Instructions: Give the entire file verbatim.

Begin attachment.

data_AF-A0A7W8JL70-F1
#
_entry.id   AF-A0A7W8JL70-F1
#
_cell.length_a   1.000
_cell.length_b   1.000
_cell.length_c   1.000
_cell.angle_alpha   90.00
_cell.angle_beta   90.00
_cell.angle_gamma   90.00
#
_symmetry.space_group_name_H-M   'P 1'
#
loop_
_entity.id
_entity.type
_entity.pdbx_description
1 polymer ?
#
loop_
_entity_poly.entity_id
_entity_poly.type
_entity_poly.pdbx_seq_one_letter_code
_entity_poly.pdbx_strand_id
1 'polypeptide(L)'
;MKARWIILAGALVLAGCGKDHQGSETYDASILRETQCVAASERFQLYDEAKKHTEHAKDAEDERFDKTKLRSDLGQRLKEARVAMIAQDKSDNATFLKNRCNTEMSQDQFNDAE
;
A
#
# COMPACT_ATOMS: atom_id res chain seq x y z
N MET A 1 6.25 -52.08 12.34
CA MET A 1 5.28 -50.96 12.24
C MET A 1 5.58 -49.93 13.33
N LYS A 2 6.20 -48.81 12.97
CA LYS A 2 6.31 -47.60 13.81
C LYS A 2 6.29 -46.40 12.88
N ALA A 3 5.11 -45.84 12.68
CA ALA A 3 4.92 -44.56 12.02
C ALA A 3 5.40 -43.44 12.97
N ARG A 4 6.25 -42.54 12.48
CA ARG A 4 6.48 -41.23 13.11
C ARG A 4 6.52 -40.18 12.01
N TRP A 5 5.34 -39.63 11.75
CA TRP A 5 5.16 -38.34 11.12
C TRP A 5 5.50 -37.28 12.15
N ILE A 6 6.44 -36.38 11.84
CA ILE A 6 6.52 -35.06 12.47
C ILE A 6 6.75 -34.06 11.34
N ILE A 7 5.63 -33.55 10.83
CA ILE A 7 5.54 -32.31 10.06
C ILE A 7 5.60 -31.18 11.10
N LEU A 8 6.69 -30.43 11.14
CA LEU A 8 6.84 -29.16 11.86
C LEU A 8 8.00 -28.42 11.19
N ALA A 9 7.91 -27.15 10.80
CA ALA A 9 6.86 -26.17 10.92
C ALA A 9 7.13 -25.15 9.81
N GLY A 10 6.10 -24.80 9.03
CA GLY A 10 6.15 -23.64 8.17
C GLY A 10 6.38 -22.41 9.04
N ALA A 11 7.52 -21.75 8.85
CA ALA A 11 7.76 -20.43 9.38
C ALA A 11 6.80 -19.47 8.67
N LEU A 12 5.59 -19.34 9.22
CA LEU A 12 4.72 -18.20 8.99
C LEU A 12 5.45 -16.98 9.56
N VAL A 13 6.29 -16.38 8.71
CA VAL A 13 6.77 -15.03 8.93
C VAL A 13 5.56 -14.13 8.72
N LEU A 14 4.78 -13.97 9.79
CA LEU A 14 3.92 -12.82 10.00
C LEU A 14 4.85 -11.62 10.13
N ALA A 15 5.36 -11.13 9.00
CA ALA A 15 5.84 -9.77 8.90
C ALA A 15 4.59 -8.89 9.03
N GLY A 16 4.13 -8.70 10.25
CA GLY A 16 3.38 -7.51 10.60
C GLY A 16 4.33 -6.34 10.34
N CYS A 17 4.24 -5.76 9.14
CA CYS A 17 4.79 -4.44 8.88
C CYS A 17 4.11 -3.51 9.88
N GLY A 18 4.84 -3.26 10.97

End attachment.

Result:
data_AF-A0A7W8JL70-F1
#
_entry.id   AF-A0A7W8JL70-F1
#
_cell.length_a   1.000
_cell.length_b   1.000
_cell.length_c   1.000
_cell.angle_alpha   90.00
_cell.angle_beta   90.00
_cell.angle_gamma   90.00
#
_symmetry.space_group_name_H-M   'P 1'
#
loop_
_entity.id
_entity.type
_entity.pdbx_description
1 polymer ?
#
loop_
_entity_poly.entity_id
_entity_poly.type
_entity_poly.pdbx_seq_one_letter_code
_entity_poly.pdbx_strand_id
1 'polypeptide(L)'
;MKARWIILAGALVLAGCGKDHQGSETYDASILRETQCVAASERFQLYDEAKKHTEHAKDAEDERFDKTKLRSDLGQRLKEARVAMIAQDKSDNATFLKNRCNTEMSQDQFNDAE
;
A
#
# COMPACT_ATOMS: atom_id res chain seq x y z
N MET A 1 6.25 -52.08 12.34
CA MET A 1 5.28 -50.96 12.24
C MET A 1 5.58 -49.93 13.33
N LYS A 2 6.20 -48.81 12.97
CA LYS A 2 6.31 -47.60 13.81
C LYS A 2 6.29 -46.40 12.88
N ALA A 3 5.11 -45.84 12.68
CA ALA A 3 4.92 -44.56 12.02
C ALA A 3 5.40 -43.44 12.97
N ARG A 4 6.25 -42.54 12.48
CA ARG A 4 6.48 -41.23 13.11
C ARG A 4 6.52 -40.18 12.01
N TRP A 5 5.34 -39.63 11.75
CA TRP A 5 5.16 -38.34 11.12
C TRP A 5 5.50 -37.28 12.15
N ILE A 6 6.44 -36.38 11.84
CA ILE A 6 6.52 -35.06 12.47
C ILE A 6 6.75 -34.06 11.34
N ILE A 7 5.63 -33.55 10.83
CA ILE A 7 5.54 -32.31 10.06
C ILE A 7 5.60 -31.18 11.10
N LEU A 8 6.69 -30.43 11.14
CA LEU A 8 6.84 -29.16 11.86
C LEU A 8 8.00 -28.42 11.19
N ALA A 9 7.91 -27.15 10.80
CA ALA A 9 6.86 -26.17 10.92
C ALA A 9 7.13 -25.15 9.81
N GLY A 10 6.10 -24.80 9.03
CA GLY A 10 6.15 -23.64 8.17
C GLY A 10 6.38 -22.41 9.04
N ALA A 11 7.52 -21.75 8.85
CA ALA A 11 7.76 -20.43 9.38
C ALA A 11 6.80 -19.47 8.67
N LEU A 12 5.59 -19.34 9.22
CA LEU A 12 4.72 -18.20 8.99
C LEU A 12 5.45 -16.98 9.56
N VAL A 13 6.29 -16.38 8.71
CA VAL A 13 6.77 -15.03 8.93
C VAL A 13 5.56 -14.13 8.72
N LEU A 14 4.78 -13.97 9.79
CA LEU A 14 3.92 -12.82 10.00
C LEU A 14 4.85 -11.62 10.13
N ALA A 15 5.36 -11.13 9.00
CA ALA A 15 5.84 -9.77 8.90
C ALA A 15 4.59 -8.89 9.03
N GLY A 16 4.13 -8.70 10.25
CA GLY A 16 3.38 -7.51 10.60
C GLY A 16 4.33 -6.34 10.34
N CYS A 17 4.24 -5.76 9.14
CA CYS A 17 4.79 -4.44 8.88
C CYS A 17 4.11 -3.51 9.88
N GLY A 18 4.84 -3.26 10.97